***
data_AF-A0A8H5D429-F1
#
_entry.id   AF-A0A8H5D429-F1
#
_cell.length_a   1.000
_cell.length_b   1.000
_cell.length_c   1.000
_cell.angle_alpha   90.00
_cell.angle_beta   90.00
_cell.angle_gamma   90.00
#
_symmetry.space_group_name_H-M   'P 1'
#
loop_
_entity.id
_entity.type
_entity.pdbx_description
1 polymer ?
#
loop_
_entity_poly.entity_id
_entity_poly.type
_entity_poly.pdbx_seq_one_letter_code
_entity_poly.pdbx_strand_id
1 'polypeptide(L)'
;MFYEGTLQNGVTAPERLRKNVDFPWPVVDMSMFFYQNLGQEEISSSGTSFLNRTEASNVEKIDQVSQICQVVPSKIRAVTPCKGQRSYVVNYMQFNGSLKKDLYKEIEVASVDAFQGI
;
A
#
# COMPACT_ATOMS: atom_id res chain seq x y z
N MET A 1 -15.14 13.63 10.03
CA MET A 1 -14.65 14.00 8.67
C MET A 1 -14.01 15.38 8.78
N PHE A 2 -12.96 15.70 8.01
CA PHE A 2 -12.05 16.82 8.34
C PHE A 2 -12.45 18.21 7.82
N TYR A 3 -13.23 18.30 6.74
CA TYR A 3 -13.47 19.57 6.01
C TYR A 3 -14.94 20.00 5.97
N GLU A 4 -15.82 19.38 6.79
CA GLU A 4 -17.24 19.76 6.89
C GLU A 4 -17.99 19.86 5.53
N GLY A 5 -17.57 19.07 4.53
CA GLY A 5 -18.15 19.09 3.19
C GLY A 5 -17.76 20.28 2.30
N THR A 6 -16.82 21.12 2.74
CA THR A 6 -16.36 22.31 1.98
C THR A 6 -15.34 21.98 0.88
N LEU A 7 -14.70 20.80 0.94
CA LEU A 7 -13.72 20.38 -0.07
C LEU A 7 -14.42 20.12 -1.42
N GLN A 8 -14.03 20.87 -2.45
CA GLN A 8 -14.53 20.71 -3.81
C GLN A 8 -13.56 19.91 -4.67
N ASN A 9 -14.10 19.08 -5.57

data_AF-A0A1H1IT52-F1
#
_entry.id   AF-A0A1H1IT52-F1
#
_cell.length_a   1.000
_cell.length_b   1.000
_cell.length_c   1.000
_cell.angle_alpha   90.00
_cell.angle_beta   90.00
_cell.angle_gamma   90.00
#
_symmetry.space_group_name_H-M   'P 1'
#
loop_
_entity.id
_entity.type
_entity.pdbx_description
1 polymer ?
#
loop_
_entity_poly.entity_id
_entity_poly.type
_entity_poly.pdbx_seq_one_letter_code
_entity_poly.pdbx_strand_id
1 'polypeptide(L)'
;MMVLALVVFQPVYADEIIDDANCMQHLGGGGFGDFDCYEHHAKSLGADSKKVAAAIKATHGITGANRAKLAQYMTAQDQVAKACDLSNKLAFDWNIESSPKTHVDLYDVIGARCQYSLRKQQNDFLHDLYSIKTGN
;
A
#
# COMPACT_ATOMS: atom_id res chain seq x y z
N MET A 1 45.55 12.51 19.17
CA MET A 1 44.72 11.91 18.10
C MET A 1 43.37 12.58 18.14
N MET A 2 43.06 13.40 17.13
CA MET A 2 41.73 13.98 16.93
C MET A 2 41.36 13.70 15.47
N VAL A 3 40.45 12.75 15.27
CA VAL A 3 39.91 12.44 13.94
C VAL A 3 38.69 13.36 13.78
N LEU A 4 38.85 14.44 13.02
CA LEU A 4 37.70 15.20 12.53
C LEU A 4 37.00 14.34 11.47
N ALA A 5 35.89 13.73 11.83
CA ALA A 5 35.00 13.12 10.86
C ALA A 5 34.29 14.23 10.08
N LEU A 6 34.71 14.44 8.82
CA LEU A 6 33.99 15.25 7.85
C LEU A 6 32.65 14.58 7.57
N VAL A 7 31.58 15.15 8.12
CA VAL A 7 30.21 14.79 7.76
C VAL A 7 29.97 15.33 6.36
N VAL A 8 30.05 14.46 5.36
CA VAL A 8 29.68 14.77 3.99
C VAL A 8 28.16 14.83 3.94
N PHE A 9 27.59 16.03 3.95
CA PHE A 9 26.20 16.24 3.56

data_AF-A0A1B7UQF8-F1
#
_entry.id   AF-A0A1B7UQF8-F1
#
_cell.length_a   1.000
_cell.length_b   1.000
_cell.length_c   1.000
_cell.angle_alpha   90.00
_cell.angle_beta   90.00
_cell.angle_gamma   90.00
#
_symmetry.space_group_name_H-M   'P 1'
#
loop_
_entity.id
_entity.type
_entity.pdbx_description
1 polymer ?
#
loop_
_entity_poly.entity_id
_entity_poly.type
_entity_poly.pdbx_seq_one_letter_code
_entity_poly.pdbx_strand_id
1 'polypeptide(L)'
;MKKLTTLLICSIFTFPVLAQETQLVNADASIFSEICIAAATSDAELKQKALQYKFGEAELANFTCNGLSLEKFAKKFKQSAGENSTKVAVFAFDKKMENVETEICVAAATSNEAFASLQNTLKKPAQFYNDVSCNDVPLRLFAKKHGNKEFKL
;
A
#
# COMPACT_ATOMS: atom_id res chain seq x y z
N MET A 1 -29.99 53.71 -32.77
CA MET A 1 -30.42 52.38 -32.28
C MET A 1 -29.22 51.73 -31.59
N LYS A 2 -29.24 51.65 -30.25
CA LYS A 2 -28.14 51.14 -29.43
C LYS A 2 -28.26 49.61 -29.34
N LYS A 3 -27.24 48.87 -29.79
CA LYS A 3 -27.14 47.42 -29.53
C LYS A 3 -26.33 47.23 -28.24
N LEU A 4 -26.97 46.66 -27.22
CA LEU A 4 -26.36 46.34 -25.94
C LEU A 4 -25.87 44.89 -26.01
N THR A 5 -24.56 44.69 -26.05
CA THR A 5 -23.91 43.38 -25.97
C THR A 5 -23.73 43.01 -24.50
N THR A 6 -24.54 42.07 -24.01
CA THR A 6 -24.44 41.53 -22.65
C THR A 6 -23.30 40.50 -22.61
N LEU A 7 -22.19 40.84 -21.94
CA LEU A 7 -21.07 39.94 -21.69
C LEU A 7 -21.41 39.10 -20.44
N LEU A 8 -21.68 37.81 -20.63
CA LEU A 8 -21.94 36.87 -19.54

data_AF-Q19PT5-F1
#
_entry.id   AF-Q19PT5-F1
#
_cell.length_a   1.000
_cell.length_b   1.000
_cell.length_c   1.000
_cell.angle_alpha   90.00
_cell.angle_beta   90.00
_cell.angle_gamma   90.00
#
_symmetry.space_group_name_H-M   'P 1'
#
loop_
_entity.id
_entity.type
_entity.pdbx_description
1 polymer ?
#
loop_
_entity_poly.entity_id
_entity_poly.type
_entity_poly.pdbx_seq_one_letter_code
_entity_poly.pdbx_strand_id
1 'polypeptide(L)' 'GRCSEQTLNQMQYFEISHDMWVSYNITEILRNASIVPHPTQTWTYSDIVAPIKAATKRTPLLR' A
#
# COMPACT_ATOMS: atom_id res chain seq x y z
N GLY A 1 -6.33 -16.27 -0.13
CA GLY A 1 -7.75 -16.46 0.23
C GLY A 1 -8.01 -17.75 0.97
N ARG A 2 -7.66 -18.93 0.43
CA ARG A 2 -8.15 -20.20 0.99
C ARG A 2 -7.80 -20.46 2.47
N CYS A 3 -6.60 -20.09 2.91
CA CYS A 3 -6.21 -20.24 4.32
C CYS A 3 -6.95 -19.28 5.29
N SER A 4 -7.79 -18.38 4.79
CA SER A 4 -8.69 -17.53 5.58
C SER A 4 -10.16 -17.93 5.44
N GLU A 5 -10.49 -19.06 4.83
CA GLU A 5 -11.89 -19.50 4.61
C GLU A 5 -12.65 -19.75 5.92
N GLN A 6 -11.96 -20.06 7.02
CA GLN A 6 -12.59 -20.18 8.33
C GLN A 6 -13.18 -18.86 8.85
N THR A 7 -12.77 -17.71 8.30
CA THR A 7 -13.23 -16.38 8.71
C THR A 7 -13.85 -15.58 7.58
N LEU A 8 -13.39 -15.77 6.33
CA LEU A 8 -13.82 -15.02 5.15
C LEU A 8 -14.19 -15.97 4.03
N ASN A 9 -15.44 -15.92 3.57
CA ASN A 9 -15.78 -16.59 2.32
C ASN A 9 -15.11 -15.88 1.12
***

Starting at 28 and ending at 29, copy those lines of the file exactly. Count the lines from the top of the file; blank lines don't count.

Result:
A
#